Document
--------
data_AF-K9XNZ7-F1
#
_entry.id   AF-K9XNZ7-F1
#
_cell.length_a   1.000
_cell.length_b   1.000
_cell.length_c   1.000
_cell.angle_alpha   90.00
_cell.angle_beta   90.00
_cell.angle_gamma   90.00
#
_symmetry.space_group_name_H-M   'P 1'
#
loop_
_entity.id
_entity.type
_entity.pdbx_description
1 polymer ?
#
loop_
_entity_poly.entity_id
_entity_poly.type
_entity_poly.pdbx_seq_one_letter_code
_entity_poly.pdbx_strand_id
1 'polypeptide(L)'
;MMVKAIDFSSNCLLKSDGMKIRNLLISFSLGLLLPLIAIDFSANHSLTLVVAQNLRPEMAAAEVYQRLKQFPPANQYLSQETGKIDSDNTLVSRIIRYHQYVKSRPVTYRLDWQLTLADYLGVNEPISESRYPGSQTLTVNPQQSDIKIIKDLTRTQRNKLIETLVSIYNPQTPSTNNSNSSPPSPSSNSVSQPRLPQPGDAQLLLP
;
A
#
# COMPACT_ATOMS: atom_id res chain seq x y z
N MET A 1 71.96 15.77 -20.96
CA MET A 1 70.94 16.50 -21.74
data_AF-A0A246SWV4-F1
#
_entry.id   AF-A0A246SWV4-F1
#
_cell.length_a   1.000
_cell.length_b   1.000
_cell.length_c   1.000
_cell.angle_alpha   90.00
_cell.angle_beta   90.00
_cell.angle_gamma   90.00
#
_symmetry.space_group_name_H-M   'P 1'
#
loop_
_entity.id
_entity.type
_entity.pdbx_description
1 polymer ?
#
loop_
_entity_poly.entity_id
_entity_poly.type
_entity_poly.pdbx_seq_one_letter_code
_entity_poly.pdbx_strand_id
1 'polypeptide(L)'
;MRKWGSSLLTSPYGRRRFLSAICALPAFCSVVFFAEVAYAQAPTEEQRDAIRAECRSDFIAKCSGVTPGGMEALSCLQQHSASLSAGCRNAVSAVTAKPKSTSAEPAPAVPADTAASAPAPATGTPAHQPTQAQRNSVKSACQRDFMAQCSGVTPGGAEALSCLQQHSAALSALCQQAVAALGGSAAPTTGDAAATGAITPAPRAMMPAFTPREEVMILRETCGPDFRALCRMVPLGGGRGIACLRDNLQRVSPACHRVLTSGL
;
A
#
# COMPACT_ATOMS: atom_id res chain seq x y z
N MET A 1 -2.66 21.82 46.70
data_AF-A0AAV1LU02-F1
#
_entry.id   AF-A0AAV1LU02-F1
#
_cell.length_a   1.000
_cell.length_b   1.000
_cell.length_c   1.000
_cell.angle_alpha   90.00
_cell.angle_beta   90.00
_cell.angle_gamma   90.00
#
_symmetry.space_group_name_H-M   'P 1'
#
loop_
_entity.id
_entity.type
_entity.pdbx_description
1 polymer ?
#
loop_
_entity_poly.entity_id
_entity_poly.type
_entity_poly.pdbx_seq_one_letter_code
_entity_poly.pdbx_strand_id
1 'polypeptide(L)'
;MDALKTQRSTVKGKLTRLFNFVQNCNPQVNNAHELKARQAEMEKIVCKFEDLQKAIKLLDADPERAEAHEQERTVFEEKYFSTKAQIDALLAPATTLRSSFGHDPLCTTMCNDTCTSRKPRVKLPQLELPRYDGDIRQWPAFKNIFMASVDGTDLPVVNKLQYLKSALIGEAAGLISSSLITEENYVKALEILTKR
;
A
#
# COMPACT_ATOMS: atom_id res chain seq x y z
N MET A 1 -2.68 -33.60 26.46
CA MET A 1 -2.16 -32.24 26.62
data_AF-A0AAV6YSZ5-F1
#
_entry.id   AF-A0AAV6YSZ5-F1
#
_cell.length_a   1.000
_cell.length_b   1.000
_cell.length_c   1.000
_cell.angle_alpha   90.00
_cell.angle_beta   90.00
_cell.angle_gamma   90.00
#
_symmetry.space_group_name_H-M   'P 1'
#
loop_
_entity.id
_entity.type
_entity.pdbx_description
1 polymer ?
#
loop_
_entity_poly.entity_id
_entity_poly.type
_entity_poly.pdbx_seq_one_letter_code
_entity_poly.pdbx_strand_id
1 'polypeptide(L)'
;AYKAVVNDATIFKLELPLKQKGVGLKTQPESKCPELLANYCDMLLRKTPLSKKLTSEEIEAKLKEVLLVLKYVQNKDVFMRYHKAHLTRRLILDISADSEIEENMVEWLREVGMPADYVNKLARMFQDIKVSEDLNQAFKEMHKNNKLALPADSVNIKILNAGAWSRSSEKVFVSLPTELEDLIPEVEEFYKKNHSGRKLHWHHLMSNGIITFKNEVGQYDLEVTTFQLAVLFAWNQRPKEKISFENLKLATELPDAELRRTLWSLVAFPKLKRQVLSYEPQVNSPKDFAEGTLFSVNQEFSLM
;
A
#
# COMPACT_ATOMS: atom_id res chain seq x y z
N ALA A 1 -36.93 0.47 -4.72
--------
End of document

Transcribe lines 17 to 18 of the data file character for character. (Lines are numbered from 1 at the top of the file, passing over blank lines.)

_entity.pdbx_description
1 polymer ?